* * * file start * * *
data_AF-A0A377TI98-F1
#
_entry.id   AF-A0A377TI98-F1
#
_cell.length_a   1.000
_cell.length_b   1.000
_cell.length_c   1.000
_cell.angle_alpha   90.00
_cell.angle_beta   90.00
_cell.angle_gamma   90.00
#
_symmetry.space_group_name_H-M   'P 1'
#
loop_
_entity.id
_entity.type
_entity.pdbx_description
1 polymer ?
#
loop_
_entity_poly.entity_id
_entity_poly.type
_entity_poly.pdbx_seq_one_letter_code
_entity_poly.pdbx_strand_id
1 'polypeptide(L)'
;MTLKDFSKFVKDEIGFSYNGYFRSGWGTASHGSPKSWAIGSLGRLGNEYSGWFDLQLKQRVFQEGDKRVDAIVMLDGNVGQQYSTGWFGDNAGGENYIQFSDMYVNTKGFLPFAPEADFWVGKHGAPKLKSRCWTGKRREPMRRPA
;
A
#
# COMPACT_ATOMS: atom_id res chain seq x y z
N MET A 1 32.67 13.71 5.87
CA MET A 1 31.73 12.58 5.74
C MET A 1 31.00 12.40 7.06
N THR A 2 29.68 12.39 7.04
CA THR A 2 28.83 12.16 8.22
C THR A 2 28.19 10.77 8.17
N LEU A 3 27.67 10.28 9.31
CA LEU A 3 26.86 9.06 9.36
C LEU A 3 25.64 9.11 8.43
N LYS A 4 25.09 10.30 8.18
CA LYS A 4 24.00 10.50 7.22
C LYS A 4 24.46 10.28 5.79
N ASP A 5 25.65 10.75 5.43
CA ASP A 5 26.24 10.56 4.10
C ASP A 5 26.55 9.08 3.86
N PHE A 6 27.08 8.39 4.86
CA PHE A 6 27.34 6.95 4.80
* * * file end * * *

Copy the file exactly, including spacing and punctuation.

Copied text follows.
data_AF-A0A377TI98-F1
#
_entry.id   AF-A0A377TI98-F1
#
_cell.length_a   1.000
_cell.length_b   1.000
_cell.length_c   1.000
_cell.angle_alpha   90.00
_cell.angle_beta   90.00
_cell.angle_gamma   90.00
#
_symmetry.space_group_name_H-M   'P 1'
#
loop_
_entity.id
_entity.type
_entity.pdbx_description
1 polymer ?
#
loop_
_entity_poly.entity_id
_entity_poly.type
_entity_poly.pdbx_seq_one_letter_code
_entity_poly.pdbx_strand_id
1 'polypeptide(L)'
;MTLKDFSKFVKDEIGFSYNGYFRSGWGTASHGSPKSWAIGSLGRLGNEYSGWFDLQLKQRVFQEGDKRVDAIVMLDGNVGQQYSTGWFGDNAGGENYIQFSDMYVNTKGFLPFAPEADFWVGKHGAPKLKSRCWTGKRREPMRRPA
;
A
#
# COMPACT_ATOMS: atom_id res chain seq x y z
N MET A 1 32.67 13.71 5.87
CA MET A 1 31.73 12.58 5.74
C MET A 1 31.00 12.40 7.06
N THR A 2 29.68 12.39 7.04
CA THR A 2 28.83 12.16 8.22
C THR A 2 28.19 10.77 8.17
N LEU A 3 27.67 10.28 9.31
CA LEU A 3 26.86 9.06 9.36
C LEU A 3 25.64 9.11 8.43
N LYS A 4 25.09 10.30 8.18
CA LYS A 4 24.00 10.50 7.22
C LYS A 4 24.46 10.28 5.79
N ASP A 5 25.65 10.75 5.43
CA ASP A 5 26.24 10.56 4.10
C ASP A 5 26.55 9.08 3.86
N PHE A 6 27.08 8.39 4.86
CA PHE A 6 27.34 6.95 4.80